This report produced by Mckinsey Global Institute (MGI) aims at providing a detailed analysis regarding the evolution of global data flows and the ways in which they affect people and economic growth. Within the report an extended econometric analysis is used, based on a sophisticated methodology, providing evidence for the economic value of that kind of global flows.
Digitization changes the economics of globalization in several ways. As digital platforms become global in scope, they are driving down the cost of cross-border communications and transactions, allowing businesses to connect with customers and suppliers in any country.
Global flows support growth by raising productivity and creating more efficient markets with truly global scale. But not all countries are making the most of this potential.
Some policy issues regarding the use of global in order to increase productivity within countries are also discussed in the report. These policy recommendations include suggestions such as:
- Thinking strategically about the role your country can play.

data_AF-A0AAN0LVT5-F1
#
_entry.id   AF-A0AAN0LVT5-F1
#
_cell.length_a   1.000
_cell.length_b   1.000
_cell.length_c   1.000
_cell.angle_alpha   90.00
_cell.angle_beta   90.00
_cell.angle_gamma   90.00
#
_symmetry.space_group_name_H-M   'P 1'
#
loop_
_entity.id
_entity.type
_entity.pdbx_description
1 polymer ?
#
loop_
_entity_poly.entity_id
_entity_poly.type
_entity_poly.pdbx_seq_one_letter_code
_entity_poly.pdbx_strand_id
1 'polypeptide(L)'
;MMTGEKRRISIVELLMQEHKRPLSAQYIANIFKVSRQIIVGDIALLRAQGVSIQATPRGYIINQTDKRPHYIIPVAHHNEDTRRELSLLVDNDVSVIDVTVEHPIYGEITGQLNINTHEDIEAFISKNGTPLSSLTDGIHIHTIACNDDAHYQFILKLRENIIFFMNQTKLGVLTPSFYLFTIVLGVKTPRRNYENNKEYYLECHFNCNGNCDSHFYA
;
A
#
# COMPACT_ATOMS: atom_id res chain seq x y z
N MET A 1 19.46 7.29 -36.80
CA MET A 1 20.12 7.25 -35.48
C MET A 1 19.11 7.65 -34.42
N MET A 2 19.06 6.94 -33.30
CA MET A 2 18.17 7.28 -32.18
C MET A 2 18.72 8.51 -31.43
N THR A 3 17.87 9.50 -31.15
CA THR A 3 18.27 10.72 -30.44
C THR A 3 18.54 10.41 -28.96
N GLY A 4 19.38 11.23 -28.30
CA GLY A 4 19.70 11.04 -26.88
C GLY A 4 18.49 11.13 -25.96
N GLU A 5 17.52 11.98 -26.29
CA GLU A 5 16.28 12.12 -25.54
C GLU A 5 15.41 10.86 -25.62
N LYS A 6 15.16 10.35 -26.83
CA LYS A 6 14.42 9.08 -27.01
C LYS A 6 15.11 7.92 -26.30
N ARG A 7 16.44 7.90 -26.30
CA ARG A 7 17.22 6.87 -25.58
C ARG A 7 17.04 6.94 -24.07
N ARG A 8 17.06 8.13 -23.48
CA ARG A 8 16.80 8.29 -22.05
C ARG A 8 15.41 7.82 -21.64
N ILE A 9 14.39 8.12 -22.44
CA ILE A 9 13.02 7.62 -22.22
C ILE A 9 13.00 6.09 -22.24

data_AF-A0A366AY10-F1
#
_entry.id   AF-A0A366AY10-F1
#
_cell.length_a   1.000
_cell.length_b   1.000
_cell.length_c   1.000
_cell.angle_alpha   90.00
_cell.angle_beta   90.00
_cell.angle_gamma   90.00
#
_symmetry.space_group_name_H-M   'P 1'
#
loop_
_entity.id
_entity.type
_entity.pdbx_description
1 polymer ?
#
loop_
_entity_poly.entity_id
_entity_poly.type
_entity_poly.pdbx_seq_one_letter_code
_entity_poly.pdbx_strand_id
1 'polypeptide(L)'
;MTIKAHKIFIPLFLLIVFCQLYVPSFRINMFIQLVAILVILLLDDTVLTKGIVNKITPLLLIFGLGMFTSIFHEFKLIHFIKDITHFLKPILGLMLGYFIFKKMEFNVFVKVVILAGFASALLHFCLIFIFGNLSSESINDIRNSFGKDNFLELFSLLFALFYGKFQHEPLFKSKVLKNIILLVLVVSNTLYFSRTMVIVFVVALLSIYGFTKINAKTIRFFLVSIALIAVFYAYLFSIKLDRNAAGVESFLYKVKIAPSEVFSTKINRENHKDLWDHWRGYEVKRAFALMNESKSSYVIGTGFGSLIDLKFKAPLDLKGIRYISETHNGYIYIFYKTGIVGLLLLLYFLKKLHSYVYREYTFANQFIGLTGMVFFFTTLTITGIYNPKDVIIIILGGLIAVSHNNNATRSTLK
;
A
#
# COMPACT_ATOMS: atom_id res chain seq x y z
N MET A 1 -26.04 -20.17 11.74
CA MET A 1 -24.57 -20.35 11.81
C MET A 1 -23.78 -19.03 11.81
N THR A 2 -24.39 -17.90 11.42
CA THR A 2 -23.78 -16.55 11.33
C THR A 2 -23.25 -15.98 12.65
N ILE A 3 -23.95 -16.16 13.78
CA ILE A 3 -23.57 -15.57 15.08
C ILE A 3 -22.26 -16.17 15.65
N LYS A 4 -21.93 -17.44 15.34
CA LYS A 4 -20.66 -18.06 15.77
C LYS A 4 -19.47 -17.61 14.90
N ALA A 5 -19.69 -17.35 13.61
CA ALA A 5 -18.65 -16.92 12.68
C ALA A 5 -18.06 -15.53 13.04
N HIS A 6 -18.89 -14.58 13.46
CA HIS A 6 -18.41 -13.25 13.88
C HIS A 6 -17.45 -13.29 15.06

- Addressing policy and administrative barriers that hinder global flows.
- Addressing dislocations.
- Investing in human capital.
- Building the necessary infrastructure and closing the digital divide.
- Creating a strong business and institutional environment.
- Protecting data privacy while maintaining an open Internet.
- Making cybersecurity a top priority.
Moreover, the ways in which digital globalization has helped to eliminate barriers that once prevented small and medium sized enterprises (SMEs), entrepreneurs, and ordinary citizens from making cross-border connections are also part of the analysis. The fact that even in developing countries companies and individuals can use digital platforms as a way to overcome constraints in their local markets and find global customers, suppliers, financing, and talent is highlighted within this context.
Finally, the MGI Connectedless Index is also described and presented indicating that advanced economies are generally more connected than developing countries’”and the leaders are far ahead of everyone else.
You can read the full report here.